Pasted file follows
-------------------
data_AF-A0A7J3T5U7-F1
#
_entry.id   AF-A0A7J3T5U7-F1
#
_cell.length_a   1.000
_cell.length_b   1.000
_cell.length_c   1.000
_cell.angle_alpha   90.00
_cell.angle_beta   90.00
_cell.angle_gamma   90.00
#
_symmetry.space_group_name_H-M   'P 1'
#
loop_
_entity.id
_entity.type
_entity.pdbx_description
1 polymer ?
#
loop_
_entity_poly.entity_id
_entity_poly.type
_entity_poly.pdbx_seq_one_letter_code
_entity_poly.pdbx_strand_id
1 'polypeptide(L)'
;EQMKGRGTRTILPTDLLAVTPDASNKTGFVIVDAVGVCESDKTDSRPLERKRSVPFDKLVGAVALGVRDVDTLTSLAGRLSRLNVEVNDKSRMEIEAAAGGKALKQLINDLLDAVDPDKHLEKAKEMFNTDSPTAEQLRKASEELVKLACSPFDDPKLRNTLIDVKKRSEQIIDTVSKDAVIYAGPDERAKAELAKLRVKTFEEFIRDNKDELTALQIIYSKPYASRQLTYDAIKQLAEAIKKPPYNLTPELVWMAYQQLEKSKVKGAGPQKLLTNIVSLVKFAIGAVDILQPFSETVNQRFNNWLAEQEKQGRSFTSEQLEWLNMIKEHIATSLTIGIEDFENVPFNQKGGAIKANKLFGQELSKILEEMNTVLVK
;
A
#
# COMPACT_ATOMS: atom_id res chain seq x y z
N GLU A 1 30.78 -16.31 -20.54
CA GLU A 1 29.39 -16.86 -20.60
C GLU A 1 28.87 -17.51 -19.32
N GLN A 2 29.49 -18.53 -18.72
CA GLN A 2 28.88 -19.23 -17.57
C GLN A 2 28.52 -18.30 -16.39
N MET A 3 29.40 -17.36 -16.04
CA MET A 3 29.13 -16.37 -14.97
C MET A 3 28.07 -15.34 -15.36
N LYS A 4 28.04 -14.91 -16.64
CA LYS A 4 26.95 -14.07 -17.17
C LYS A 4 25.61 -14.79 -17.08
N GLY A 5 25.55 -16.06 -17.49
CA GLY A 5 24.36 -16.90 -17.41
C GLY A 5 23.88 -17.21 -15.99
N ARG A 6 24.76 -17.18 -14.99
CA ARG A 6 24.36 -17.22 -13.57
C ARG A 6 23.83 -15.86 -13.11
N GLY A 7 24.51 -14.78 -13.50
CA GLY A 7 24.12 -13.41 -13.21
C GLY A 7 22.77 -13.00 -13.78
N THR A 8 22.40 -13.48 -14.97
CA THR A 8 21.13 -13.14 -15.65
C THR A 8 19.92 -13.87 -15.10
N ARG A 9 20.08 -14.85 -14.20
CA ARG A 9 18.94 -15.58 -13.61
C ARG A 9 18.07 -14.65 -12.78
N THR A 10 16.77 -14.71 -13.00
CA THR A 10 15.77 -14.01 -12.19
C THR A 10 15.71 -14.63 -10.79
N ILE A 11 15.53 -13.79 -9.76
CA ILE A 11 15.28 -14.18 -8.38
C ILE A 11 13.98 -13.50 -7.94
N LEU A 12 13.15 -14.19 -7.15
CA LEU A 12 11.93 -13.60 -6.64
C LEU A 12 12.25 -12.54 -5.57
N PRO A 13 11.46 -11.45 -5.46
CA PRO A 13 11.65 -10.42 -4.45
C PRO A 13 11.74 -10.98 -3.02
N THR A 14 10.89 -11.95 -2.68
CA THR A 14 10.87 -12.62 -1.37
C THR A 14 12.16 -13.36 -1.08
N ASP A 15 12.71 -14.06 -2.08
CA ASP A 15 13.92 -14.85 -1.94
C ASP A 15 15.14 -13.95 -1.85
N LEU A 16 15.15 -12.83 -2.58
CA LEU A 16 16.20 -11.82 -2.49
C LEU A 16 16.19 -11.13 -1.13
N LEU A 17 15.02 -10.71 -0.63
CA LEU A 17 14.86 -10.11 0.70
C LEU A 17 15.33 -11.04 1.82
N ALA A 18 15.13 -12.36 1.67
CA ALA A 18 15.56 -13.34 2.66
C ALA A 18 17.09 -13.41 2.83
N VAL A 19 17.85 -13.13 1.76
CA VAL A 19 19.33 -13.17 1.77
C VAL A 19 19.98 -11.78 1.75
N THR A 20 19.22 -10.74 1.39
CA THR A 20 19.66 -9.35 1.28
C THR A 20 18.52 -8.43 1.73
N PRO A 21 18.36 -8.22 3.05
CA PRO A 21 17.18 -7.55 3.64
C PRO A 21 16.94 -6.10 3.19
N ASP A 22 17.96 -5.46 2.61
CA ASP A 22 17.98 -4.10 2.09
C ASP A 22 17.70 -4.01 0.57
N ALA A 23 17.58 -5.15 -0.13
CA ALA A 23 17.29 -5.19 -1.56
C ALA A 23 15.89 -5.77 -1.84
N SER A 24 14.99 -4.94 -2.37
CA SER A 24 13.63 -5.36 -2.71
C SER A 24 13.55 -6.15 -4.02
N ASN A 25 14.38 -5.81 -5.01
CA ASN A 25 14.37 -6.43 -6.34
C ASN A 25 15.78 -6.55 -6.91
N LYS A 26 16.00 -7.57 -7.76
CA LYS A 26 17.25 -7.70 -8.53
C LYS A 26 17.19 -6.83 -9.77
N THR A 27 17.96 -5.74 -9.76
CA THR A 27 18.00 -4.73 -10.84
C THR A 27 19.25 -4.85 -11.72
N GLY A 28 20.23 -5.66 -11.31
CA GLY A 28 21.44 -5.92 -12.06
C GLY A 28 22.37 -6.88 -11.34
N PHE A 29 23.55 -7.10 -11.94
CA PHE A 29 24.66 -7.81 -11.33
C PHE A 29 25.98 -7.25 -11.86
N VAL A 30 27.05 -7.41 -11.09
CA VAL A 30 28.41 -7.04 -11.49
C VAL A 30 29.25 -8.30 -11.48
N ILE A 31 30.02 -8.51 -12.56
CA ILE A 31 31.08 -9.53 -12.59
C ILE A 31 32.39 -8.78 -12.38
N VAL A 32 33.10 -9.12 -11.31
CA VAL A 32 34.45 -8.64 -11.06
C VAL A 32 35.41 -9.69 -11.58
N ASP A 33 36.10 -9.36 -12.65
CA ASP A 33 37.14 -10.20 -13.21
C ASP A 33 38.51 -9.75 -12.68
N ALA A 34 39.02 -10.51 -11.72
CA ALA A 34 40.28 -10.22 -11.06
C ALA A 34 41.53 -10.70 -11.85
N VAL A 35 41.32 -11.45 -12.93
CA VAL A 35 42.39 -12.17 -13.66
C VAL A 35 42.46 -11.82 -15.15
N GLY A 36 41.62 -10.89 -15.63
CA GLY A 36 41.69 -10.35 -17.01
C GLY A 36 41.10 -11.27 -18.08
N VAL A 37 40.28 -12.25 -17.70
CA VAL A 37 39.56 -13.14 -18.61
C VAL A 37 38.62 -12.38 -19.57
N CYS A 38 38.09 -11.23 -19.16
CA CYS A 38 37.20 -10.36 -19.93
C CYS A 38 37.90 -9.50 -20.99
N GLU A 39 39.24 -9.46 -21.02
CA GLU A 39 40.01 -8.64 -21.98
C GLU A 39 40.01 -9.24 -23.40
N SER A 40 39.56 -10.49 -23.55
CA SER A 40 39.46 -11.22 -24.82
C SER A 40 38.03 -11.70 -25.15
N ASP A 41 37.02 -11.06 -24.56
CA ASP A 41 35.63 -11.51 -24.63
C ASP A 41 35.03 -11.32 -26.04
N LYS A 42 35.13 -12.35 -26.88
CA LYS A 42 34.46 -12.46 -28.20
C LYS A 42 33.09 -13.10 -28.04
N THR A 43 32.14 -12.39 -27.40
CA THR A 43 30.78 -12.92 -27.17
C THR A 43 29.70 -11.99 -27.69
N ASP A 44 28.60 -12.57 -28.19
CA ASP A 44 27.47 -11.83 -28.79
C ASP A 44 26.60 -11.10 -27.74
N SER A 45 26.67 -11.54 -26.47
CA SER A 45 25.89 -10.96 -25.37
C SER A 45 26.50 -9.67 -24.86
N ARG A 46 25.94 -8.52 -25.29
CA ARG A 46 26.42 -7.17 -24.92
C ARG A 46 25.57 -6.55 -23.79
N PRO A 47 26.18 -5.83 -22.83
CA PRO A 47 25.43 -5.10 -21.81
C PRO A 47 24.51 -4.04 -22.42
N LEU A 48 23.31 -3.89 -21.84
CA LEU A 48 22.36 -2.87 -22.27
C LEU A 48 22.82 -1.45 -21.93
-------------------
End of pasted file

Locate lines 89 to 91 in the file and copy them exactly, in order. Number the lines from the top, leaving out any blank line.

CA THR A 20 19.66 -9.35 1.28
C THR A 20 18.52 -8.43 1.73
N PRO A 21 18.36 -8.22 3.05